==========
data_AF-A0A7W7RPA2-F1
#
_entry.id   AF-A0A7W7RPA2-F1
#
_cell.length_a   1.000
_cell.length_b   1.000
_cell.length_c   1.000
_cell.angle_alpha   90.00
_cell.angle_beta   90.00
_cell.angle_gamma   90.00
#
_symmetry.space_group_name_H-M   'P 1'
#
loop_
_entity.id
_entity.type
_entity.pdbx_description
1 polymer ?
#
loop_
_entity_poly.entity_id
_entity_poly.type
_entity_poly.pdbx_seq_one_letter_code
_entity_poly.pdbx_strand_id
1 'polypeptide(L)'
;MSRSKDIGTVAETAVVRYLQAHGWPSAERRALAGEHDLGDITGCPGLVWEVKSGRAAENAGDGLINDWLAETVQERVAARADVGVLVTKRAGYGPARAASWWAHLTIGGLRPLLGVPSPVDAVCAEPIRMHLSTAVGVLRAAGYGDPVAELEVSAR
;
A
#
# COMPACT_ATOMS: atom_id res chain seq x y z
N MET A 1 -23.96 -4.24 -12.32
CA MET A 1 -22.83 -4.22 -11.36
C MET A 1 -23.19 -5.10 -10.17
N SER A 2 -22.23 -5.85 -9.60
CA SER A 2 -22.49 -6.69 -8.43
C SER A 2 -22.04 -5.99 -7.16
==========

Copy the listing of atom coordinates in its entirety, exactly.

data_AF-A0A7W7RPA2-F1
#
_entry.id   AF-A0A7W7RPA2-F1
#
_cell.length_a   1.000
_cell.length_b   1.000
_cell.length_c   1.000
_cell.angle_alpha   90.00
_cell.angle_beta   90.00
_cell.angle_gamma   90.00
#
_symmetry.space_group_name_H-M   'P 1'
#
loop_
_entity.id
_entity.type
_entity.pdbx_description
1 polymer ?
#
loop_
_entity_poly.entity_id
_entity_poly.type
_entity_poly.pdbx_seq_one_letter_code
_entity_poly.pdbx_strand_id
1 'polypeptide(L)'
;MSRSKDIGTVAETAVVRYLQAHGWPSAERRALAGEHDLGDITGCPGLVWEVKSGRAAENAGDGLINDWLAETVQERVAARADVGVLVTKRAGYGPARAASWWAHLTIGGLRPLLGVPSPVDAVCAEPIRMHLSTAVGVLRAAGYGDPVAELEVSAR
;
A
#
# COMPACT_ATOMS: atom_id res chain seq x y z
N MET A 1 -23.96 -4.24 -12.32
CA MET A 1 -22.83 -4.22 -11.36
C MET A 1 -23.19 -5.10 -10.17
N SER A 2 -22.23 -5.85 -9.60
CA SER A 2 -22.49 -6.69 -8.43
C SER A 2 -22.04 -5.99 -7.16